The US remained the largest importer of Vietnamese goods in ten months, with a turnover of $62.3 billion, up 24 per cent year-on-year. It was followed by China, with $37.6 billion, up 14 per cent; the EU $28.9 billion, down 3 per cent, ASEAN $18.9 billion, down 11.6 per cent; the Republic of Korea (RoK) $16.3 billion, down 2.6 per cent; and Japan $15.6 billion, down 7 per cent.

Total imports in October were estimated at $24.5 billion, up 1.2 per cent month-on-month and 10.1 per cent year-on-year. Ten-month imports totalled $210.55 billion, up 0.4 per cent year-on-year.

As many as 34 types of goods saw import turnover exceeding $1 billion, accounting for 89.4 per cent of the total.

China remained Việt Nam’s largest import source, with revenue standing at $65.8 billion, an increase of 6.2 per cent against the same period last year. It was followed by the Republic of Korea (RoK), with $37.4 billion, down 5.3 per cent; ASEAN $24.4 billion, down 8.5 per cent; Japan $16.5 billion, up 2.5 per cent; the EU $11.8 billion, up 4.2 per cent; and the US $11.6 billion, down 2.4 per cent. 

Exports shatter record with $18.7 billion in trade surplus: GSO

Viet Nam's exports rose 4.7 per cent year-on-year in the first ten months of this year to US$229.2 billion, for a trade surplus of a record $18.7 billion, according to the General Statistics Office.

In October alone, export value was estimated at $26.7 billion, down 1.7 per cent month-on-month but up 9.9 per cent year-on-year.

During the 10-month period, 31 goods earned over $1 billion each from exports, accounting for 91.8 per cent of the total. Five brought home more than $10 billion each, or 59.9 per cent.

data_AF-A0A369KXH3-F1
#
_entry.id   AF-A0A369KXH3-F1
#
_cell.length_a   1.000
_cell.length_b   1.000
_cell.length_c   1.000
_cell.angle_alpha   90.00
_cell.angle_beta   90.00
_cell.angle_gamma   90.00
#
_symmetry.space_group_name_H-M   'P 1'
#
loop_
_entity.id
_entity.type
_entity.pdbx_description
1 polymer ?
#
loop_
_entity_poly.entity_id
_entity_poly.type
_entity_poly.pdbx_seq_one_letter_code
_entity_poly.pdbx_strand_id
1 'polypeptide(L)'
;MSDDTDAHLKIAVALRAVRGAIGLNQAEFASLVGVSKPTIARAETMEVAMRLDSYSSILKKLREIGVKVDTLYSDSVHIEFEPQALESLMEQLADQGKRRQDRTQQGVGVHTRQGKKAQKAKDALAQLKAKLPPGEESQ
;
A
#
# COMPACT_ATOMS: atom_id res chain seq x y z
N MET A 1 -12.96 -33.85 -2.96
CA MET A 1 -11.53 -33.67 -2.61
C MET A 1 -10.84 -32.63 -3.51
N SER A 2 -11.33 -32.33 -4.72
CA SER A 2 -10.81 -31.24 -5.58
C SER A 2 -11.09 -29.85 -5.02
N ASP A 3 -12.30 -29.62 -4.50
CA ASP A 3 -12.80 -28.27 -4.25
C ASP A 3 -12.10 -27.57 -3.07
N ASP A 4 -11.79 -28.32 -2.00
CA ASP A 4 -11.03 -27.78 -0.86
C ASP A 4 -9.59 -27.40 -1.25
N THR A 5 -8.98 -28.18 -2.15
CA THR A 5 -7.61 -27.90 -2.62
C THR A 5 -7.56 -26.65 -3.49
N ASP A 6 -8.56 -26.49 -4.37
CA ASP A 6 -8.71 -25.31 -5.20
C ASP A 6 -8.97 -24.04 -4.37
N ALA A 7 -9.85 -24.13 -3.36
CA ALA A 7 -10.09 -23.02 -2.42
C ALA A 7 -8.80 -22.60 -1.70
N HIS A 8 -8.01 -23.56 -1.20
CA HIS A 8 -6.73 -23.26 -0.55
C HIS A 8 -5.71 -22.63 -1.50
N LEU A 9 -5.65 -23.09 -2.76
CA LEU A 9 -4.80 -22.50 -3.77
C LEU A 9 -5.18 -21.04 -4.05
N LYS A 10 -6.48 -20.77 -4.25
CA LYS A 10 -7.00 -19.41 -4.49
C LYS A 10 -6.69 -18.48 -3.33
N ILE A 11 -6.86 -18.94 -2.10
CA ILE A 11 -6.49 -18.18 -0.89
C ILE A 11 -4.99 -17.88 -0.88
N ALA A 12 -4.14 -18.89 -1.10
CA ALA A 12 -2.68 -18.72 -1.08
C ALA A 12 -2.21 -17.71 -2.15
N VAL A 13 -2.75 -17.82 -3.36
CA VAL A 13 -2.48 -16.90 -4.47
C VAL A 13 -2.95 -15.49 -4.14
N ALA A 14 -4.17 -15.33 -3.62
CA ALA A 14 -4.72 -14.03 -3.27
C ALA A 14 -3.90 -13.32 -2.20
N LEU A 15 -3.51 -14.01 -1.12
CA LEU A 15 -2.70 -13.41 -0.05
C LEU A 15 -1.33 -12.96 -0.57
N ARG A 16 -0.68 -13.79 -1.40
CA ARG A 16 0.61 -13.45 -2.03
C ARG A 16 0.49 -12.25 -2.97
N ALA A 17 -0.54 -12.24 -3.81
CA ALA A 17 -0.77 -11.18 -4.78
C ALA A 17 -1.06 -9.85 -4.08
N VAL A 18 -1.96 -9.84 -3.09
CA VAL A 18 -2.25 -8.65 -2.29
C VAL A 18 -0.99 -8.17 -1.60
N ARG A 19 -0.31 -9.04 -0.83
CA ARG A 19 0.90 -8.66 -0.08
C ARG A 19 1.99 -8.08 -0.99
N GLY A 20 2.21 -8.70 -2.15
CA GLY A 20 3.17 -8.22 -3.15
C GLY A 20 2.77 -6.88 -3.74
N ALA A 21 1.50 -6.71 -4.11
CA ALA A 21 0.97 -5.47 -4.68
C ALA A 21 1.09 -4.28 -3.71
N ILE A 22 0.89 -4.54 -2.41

Heavy industry and mining raked in $123.8 billion, up 8.4 per cent year-on-year. Light industry and handicrafts, meanwhile, reported revenue of $81.8 billion, up 1.5 per cent; agro-forestry $16.8 billion, down 1.5 per cent; and fisheries $6.9 billion, down 2.5 per cent.

The US remained the largest importer of Vietnamese goods in ten months, with a turnover of $62.3 billion, up 24 per cent year-on-year. It was followed by China, with $37.6 billion, up 14 per cent; the EU $28.9 billion, down 3 per cent, ASEAN $18.9 billion, down 11.6 per cent; the Republic of Korea (RoK) $16.3 billion, down 2.6 per cent; and Japan $15.6 billion, down 7 per cent.

Total imports in October were estimated at $24.5 billion, up 1.2 per cent month-on-month and 10.1 per cent year-on-year. Ten-month imports totalled $210.55 billion, up 0.4 per cent year-on-year.

As many as 34 types of goods saw import turnover exceeding $1 billion, accounting for 89.4 per cent of the total.

China remained Viet Nam’s largest import source, with revenue standing at $65.8 billion, an increase of 6.2 per cent against the same period last year. It was followed by the Republic of Korea (RoK), with $37.4 billion, down 5.3 per cent; ASEAN $24.4 billion, down 8.5 per cent; Japan $16.5 billion, up 2.5 per cent; the EU $11.8 billion, up 4.2 per cent; and the US $11.6 billion, down 2.4 per cent. 

Source: VNA/VNN/VNS/SGGP/VOV/NDO/Dtinews/SGT/VIR